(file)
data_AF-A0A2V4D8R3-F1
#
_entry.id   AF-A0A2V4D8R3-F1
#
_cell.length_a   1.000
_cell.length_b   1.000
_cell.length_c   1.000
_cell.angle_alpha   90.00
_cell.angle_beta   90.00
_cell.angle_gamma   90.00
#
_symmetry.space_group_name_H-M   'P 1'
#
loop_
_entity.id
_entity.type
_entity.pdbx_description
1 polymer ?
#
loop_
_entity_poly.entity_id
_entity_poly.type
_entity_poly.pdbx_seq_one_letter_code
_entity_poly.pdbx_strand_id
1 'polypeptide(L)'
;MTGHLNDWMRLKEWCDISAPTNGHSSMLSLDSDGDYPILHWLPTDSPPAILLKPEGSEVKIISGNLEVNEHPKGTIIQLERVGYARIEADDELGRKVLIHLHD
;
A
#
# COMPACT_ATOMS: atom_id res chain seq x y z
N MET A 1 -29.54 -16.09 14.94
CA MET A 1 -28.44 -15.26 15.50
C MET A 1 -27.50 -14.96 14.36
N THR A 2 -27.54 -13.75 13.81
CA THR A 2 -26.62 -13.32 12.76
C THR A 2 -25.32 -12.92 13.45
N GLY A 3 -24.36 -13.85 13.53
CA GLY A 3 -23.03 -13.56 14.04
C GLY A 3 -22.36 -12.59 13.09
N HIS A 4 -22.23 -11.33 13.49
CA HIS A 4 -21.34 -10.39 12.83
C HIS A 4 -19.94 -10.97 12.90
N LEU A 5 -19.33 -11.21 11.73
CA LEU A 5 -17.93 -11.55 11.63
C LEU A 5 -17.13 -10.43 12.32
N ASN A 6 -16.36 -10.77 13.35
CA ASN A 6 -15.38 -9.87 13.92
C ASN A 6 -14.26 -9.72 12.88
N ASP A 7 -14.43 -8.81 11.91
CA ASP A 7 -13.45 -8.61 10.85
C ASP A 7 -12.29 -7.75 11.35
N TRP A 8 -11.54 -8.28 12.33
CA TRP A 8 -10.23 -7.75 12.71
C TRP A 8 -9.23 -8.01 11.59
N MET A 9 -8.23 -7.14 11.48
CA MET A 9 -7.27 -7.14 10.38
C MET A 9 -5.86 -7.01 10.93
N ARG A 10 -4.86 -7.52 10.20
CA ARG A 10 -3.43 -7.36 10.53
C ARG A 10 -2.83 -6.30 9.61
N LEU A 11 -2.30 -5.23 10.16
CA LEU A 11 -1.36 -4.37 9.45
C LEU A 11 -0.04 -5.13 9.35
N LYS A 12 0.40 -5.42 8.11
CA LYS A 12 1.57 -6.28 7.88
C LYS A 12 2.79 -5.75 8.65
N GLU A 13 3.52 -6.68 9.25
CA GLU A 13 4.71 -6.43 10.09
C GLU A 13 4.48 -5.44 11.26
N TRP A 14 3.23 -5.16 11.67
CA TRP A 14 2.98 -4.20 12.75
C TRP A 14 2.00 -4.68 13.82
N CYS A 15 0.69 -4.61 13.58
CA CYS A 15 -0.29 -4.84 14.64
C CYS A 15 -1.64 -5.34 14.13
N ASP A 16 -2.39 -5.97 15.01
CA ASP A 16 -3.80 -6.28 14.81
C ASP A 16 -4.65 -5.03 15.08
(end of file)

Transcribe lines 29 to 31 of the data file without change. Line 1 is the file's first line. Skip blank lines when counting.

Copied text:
#
# COMPACT_ATOMS: atom_id res chain seq x y z
N MET A 1 -29.54 -16.09 14.94